A new study has revealed how neurons from patients with post-traumatic stress disorder (PTSD) react to stress.
The study, which was conducted by researchers at the University of California, San Francisco, used stem cells to create neurons from the skin cells of patients with PTSD.
The researchers found that the PTSD neurons were more excitable than neurons from people without PTSD, and that they were also more responsive to stress.
The study’s lead author, Dr. Andrew Eisen, said that the findings could help to explain why people with PTSD are more likely to experience flashbacks and other symptoms of the disorder.
“This study is the first to show that the neurons of people with PTSD are fundamentally different from those of people without the disorder,” Eisen said.
“These findings could lead to the development of new treatments for PTSD that target the underlying physiology of the disorder.”
The study was published in the journal Nature Neuroscience.
A new study published in the journal Nature Medicine has found that neurons sourced from patients with post-traumatic stress disorder (PTSD) are more responsive to stress than those sourced from healthy individuals.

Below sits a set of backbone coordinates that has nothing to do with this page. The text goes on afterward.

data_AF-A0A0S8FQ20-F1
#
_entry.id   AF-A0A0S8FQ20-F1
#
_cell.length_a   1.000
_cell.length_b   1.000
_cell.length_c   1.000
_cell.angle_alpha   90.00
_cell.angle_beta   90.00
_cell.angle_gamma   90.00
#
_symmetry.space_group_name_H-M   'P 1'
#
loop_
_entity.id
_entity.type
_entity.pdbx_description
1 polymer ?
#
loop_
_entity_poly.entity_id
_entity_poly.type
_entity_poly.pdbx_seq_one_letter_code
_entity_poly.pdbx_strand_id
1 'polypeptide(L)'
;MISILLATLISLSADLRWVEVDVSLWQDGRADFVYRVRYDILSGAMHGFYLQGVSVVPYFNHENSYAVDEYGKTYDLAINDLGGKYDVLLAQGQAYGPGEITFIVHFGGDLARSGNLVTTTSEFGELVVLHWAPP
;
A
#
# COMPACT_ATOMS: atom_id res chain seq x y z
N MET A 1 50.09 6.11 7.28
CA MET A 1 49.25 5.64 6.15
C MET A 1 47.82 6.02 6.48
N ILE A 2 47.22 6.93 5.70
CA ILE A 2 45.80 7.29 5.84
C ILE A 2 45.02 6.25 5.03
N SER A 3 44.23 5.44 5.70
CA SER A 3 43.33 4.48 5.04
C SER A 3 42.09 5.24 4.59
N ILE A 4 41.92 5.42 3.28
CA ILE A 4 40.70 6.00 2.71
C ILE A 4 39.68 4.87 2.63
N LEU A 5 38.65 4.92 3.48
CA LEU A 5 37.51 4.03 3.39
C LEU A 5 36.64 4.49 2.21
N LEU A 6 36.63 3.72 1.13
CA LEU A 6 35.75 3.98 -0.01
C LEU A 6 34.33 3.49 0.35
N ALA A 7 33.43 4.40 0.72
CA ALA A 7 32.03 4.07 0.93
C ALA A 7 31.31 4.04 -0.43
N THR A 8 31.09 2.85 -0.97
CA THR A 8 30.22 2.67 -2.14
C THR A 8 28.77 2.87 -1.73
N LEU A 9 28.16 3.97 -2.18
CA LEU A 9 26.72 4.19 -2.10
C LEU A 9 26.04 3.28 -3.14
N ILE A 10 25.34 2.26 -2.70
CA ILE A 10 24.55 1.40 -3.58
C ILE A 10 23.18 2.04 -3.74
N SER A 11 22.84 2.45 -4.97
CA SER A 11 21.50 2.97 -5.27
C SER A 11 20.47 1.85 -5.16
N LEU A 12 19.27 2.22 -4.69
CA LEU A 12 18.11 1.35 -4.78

The study, conducted by a team of researchers at the Stanford University School of Medicine, looked at a particular type of stem cell known as induced pluripotent stem cells (iPSCs). These cells can be derived from any individual and then made to grow and develop into any other type of cell in the body.
For the study, the team sourced iPSCs from patients with PTSD and from healthy individuals. They then grew these cells into neurons and exposed them to a range of stressors, including high levels of the stress hormone cortisol.
The researchers found that the neurons sourced from PTSD patients were much more responsive to these stressors than those sourced from healthy individuals. This difference in response was even more pronounced when the PTSD patients had experienced trauma in childhood.
The findings of this study could potentially lead to the development of new treatments for PTSD. Currently, there are no approved medications for the treatment of PTSD and effective treatments are limited.
This study provides new insight into the biological differences between PTSD patients and healthy individuals. It also highlights the need for further research into the development of new treatments for this disabling condition.